The ancient city of Sayram is situated not so far away from the city of Shymkent (southern Kazakhstan), merely 10 kilometers from it. Once at the time of the Great Silk Road Sayram was known as the city of Ispidjab, which means the "white city". It was considered to be one of the most beautiful cities of the East. It is true that much time has passed, and Sayram has turned into a settlement where each span of the ground has its own historical background.
More than 40 thousand people live in Sayram nowadays. It is surprising that history, spirituality and modernity exist there together. The streets are full of architectural and historical monuments, including ancient mausoleums, and mazars surrounded by dwelling houses, schools and stores. People say that "in Sayram you can’t count the number of saints (babas)". Wherever you go in Sayram you will certainly see a mausoleum, tombstone or mazar of a respected person. For example, you can come here to pay your respects to the souls of parent of outstanding poet and educator Khoja Ahmed Yasawi, Ibrahim Ata and Karashash Ana, or visit mazars of Abdel-Aziz-Baba, Akat-Baba, Mirali-Baba, Khoja Talig, and to name but a few. They were constructed in memory of those people who made a stroke for history and people’s hearts. So many pilgrims from Kazakhstan and abroad visit this place every year.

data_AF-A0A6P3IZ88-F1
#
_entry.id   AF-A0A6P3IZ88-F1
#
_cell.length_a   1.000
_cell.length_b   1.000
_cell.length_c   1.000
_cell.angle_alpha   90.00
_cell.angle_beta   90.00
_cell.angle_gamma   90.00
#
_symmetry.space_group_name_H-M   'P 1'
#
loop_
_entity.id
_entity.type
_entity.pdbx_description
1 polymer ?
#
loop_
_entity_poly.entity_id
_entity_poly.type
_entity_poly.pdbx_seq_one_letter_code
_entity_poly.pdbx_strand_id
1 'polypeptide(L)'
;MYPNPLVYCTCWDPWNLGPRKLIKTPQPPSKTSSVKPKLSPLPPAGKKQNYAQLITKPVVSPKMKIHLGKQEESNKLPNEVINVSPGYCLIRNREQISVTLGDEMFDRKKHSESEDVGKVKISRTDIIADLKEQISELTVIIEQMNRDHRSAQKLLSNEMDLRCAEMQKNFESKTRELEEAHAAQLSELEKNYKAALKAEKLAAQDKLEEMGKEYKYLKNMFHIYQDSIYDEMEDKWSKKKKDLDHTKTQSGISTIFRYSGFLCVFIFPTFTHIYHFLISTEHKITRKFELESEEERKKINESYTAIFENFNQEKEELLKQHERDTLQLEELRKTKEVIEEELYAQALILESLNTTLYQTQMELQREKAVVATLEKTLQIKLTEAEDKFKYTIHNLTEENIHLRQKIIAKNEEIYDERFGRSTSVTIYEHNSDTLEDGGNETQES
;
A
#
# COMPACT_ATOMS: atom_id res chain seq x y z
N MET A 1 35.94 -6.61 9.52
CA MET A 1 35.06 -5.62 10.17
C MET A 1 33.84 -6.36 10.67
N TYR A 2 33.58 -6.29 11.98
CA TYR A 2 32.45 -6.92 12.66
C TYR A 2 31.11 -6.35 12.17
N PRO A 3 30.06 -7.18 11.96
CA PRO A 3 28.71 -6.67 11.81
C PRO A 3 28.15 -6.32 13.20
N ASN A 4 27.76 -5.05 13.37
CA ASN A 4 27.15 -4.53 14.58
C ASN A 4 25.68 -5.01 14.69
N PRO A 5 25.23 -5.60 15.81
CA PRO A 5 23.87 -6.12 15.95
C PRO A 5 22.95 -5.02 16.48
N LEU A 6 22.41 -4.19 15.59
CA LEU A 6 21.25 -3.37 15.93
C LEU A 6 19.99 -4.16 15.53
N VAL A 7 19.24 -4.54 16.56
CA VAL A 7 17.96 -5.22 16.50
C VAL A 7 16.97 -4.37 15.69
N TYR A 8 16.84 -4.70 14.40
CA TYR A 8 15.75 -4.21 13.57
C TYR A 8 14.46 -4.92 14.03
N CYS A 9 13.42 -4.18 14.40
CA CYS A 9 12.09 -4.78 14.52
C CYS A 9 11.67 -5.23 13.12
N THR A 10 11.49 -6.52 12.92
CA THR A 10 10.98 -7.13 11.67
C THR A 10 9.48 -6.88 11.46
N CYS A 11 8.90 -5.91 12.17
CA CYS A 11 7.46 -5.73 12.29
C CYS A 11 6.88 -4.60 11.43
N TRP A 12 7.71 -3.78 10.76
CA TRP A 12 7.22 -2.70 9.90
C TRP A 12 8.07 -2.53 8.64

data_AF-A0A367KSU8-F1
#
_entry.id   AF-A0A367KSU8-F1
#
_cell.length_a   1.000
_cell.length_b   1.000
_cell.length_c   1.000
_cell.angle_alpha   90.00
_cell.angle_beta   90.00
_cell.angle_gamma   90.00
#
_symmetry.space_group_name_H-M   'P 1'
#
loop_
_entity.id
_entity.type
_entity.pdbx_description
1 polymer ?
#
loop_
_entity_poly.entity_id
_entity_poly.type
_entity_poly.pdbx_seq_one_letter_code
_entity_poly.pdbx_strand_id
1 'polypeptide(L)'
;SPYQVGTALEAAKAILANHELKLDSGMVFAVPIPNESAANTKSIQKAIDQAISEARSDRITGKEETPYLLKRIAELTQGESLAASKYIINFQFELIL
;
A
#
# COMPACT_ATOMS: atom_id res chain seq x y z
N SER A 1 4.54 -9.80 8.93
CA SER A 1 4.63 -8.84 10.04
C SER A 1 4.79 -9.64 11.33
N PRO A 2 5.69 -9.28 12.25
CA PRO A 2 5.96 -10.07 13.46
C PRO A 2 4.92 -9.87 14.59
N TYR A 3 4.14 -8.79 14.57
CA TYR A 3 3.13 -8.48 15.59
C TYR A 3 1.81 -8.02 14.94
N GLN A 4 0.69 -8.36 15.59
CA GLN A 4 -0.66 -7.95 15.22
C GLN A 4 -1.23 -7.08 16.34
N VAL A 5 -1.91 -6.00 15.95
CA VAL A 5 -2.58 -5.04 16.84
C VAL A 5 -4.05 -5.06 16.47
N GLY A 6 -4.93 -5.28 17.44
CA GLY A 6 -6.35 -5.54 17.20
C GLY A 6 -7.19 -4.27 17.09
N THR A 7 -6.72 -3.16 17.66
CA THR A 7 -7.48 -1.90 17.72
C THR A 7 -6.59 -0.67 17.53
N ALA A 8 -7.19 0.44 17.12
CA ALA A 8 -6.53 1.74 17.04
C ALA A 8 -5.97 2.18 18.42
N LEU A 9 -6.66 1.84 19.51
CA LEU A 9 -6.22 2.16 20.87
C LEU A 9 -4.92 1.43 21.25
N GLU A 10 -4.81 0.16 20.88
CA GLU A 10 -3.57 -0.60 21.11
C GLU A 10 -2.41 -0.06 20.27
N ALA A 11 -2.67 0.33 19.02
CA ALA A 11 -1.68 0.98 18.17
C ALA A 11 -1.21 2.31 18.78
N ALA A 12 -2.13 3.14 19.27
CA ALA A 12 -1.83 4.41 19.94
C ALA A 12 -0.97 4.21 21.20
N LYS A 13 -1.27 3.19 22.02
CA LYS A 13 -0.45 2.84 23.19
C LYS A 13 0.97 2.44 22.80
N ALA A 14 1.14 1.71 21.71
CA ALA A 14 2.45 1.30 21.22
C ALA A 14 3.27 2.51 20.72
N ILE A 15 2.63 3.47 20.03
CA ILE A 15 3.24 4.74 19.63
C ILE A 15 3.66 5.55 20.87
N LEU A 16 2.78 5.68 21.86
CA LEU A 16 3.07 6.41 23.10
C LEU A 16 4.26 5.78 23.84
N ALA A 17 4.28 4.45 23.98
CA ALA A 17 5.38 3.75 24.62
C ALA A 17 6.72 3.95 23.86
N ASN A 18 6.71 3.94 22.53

In one of our previous articles we wrote about Hyzyr’s minaret which is preserved in the territory of once big and beautiful mosque. Today we would like to tell you about mausoleum of Khoja Talig.
View on the mausoleum at the time of restoration in 2009. The cover photo depicts Khoja Talig’s mausoleum after the restoration work
Unfortunately, little is known about the person in whose honour the mausoleum was erected in the 17th century. People say that Khoja Talig was a famous and influential figure at that time. He was also called as "local Sheikh". Details about his life and reasons of his popularity remain a mystery.
The building is situated in the very centre of the city of Sayram and is considered to be an architectural monument. Initial view on the mausoleum has not preserved as it was repeatedly reconstructed. The architecture which has survived dates back to the second half of the 19th century.
Mausoleum before reconstruction
The building has a square shape which size is 6400×6300 metres. The height of the mausoleum is 7.2 metres. The walls are made of bricks. Facades of the mausoleum have running out portals which look like arches. Apertures of the arches serve as windows and are decorated with bars-panjereh. One of the facades has preserved some elements of plaster painting made by yellow, blue and black colours. Round columns with ribbed picture are set in the corners of the mausoleum.
Columns on the facade of the mausoleum. Photos taken from www.farsah.kz